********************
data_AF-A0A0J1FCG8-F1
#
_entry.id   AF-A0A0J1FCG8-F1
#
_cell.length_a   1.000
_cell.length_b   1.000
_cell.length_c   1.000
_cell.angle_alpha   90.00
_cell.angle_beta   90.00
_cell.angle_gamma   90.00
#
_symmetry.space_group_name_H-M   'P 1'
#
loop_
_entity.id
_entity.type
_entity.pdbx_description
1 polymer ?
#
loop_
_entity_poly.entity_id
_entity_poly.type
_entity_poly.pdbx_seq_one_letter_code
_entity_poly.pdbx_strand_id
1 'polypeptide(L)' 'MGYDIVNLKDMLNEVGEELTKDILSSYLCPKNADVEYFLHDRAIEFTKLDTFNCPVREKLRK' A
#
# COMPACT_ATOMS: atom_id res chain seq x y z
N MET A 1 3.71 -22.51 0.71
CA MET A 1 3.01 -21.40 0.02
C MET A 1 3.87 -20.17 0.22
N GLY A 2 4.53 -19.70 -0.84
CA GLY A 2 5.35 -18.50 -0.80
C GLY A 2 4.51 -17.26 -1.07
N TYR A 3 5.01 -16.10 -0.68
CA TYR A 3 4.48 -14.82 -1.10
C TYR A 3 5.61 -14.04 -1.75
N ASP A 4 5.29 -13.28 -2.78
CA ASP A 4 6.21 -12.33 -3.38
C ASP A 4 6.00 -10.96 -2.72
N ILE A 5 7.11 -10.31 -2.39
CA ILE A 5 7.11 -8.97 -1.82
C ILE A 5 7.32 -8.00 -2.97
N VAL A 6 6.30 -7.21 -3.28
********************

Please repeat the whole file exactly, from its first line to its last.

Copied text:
data_AF-A0A0J1FCG8-F1
#
_entry.id   AF-A0A0J1FCG8-F1
#
_cell.length_a   1.000
_cell.length_b   1.000
_cell.length_c   1.000
_cell.angle_alpha   90.00
_cell.angle_beta   90.00
_cell.angle_gamma   90.00
#
_symmetry.space_group_name_H-M   'P 1'
#
loop_
_entity.id
_entity.type
_entity.pdbx_description
1 polymer ?
#
loop_
_entity_poly.entity_id
_entity_poly.type
_entity_poly.pdbx_seq_one_letter_code
_entity_poly.pdbx_strand_id
1 'polypeptide(L)' 'MGYDIVNLKDMLNEVGEELTKDILSSYLCPKNADVEYFLHDRAIEFTKLDTFNCPVREKLRK' A
#
# COMPACT_ATOMS: atom_id res chain seq x y z
N MET A 1 3.71 -22.51 0.71
CA MET A 1 3.01 -21.40 0.02
C MET A 1 3.87 -20.17 0.22
N GLY A 2 4.53 -19.70 -0.84
CA GLY A 2 5.35 -18.50 -0.80
C GLY A 2 4.51 -17.26 -1.07
N TYR A 3 5.01 -16.10 -0.68
CA TYR A 3 4.48 -14.82 -1.10
C TYR A 3 5.61 -14.04 -1.75
N ASP A 4 5.29 -13.28 -2.78
CA ASP A 4 6.21 -12.33 -3.38
C ASP A 4 6.00 -10.96 -2.72
N ILE A 5 7.11 -10.31 -2.39
CA ILE A 5 7.11 -8.97 -1.82
C ILE A 5 7.32 -8.00 -2.97
N VAL A 6 6.30 -7.21 -3.28